So it is not a problem of “Anglicanism” per se that makes it challenging to define the patrimony; it is a challenge of “Anglicanism without Rome” (which is all we know about today). Therefore, it is not, in my opinion solely our task to define what the Anglican Patrimony is, but rather (in a certain sense) to create it, or at least fashion it into what it was intended to be originally. Now that the patrimony has been brought back into Mother Church, we can look at what she used to be (500 years ago), what she was during the last 500 years, and figure out (under submission to the Holy See) what she is going to be. It is not merely a chaotic, subjective choice (as some have seemed to claim); but rather, a time of fixing a train that is now back “on the rails” so that it can become what it is supposed to be (and might have been if it had never been taken away). Is that not what we are really supposed to be doing — restoring that which was lost to its rightful place in the Catholic Church?
In that way, I do not mind that the definition seems a bit elusive. I do not mind that confused critics do not “get it”. Nor do I mind that it may take a few generations to polish up the details. It took five hundred years to get here, six years is a bit too few to fix it all. Yet, I know that we are on the right track. I know that all of the subjects we are bringing up will play into the final definition (liturgy, reverence, music, community, etc.) in some way. As we in the Ordinariates observe Ascension Day today, we should remember that this is why our Lord ascended up into Heaven; so that He could do the work of applying His life, death and resurrection to us. We, “being raised with Christ” are called to participate in that very work while still here on Earth. This is what the Apostle meant when he spoke about the Church as needing to grow into greater maturity in Christ:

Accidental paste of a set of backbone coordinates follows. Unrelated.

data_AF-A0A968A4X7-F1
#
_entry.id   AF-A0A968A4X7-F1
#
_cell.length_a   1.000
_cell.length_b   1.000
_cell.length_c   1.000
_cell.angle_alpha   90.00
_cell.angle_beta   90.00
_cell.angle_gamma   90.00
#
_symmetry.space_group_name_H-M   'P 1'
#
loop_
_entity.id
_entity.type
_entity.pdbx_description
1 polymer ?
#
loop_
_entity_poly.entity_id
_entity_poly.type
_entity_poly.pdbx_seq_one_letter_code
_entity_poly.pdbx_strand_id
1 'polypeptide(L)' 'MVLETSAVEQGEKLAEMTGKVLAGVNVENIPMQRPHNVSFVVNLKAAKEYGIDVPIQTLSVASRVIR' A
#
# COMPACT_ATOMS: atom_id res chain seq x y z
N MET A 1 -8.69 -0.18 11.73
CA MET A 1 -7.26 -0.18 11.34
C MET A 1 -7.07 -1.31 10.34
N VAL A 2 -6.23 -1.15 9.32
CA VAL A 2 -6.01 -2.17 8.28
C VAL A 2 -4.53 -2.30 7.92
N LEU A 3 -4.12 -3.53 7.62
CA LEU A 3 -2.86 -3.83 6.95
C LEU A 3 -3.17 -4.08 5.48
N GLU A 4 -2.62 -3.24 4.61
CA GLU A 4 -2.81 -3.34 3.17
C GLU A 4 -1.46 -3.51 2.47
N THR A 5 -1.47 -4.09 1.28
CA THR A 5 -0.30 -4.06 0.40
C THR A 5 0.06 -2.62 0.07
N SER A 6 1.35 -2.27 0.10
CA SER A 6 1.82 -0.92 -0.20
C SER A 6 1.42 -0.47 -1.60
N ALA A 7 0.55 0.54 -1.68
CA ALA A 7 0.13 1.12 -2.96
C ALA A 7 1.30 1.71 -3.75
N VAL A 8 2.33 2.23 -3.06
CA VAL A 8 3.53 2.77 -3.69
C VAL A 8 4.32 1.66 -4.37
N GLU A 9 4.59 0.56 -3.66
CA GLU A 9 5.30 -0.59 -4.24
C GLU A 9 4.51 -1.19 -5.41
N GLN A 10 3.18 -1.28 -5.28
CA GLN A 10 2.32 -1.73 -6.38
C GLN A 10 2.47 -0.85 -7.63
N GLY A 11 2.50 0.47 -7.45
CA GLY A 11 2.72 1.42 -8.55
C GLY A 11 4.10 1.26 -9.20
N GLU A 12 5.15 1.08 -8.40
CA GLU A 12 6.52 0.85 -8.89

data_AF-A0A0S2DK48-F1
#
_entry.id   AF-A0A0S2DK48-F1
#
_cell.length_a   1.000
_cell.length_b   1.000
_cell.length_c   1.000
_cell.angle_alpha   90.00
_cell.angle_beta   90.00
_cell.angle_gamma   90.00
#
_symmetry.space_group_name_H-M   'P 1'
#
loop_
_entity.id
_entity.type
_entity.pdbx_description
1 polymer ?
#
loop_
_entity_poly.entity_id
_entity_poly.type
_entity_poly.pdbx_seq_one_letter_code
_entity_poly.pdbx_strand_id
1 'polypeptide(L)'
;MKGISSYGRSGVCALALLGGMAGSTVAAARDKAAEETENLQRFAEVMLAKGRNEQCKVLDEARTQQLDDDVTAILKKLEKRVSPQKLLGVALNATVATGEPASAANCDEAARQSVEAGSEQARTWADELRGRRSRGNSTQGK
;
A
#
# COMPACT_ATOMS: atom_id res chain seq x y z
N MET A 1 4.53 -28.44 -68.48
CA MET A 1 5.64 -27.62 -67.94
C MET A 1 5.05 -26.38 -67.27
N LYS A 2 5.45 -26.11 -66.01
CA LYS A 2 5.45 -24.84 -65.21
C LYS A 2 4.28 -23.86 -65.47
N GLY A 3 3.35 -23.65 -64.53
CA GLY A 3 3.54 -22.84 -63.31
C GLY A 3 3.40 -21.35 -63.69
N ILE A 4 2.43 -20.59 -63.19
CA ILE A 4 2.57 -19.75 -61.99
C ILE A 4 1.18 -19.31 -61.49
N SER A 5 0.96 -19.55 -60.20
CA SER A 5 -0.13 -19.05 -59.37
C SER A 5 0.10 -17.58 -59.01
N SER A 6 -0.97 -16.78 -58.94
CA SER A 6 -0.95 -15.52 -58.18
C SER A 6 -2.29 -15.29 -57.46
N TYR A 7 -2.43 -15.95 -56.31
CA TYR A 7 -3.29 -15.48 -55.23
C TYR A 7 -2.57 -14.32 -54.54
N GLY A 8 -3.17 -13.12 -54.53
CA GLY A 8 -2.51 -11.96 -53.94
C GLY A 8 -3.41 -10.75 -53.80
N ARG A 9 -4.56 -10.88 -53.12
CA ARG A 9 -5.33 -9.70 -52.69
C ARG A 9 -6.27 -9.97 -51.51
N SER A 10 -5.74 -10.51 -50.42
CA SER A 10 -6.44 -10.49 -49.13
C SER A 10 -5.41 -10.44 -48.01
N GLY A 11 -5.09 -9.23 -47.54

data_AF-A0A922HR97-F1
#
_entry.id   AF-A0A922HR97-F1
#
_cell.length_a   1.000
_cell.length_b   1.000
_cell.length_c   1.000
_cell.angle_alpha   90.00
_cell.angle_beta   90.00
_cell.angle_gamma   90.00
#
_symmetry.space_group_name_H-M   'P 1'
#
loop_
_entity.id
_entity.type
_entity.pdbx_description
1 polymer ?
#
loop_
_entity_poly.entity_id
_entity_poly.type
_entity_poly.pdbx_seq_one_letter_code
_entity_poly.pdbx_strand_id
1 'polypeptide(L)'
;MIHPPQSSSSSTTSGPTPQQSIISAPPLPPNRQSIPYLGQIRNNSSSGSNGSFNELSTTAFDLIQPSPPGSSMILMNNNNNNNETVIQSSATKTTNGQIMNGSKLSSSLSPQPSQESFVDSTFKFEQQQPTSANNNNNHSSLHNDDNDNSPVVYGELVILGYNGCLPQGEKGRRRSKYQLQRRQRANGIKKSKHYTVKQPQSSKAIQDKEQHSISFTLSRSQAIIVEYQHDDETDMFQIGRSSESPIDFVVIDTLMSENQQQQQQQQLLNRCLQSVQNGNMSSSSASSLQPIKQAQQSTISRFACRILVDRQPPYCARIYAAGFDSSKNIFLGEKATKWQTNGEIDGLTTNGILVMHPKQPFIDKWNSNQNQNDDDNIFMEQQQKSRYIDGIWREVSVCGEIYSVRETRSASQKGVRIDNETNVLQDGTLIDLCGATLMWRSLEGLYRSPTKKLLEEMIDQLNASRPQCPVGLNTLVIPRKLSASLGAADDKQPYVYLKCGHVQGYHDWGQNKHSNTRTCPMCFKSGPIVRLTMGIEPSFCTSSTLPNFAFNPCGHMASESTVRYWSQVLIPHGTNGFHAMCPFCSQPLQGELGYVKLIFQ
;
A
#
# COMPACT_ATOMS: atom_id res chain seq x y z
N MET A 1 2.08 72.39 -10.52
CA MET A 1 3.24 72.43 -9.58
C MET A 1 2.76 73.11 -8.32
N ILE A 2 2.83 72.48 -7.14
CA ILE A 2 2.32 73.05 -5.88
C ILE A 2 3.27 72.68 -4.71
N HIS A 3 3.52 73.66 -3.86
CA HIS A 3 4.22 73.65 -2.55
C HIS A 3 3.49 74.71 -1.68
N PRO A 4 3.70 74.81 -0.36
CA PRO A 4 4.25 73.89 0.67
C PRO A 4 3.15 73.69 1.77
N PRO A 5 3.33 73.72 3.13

And his gifts were that some should be apostles, some prophets, some evangelists, some pastors and teachers, to equip the saints for the work of ministry, for building up the body of Christ, until we all attain to the unity of the faith and of the knowledge of the Son of God, to mature manhood, to the measure of the stature of the fulness of Christ; so that we may no longer be children, tossed to and fro and carried about with every wind of doctrine, by the cunning of men, by their craftiness in deceitful wiles. Rather, speaking the truth in love, we are to grow up in every way into him who is the head, into Christ, from whom the whole body, joined and knit together by every joint with which it is supplied, when each part is working properly, makes bodily growth and upbuilds itself in love (Ephesians 4:11-15).
That, to me, is a beautiful description of the very same process we are in today. We are working until we reach the measure of the fulness of Christ.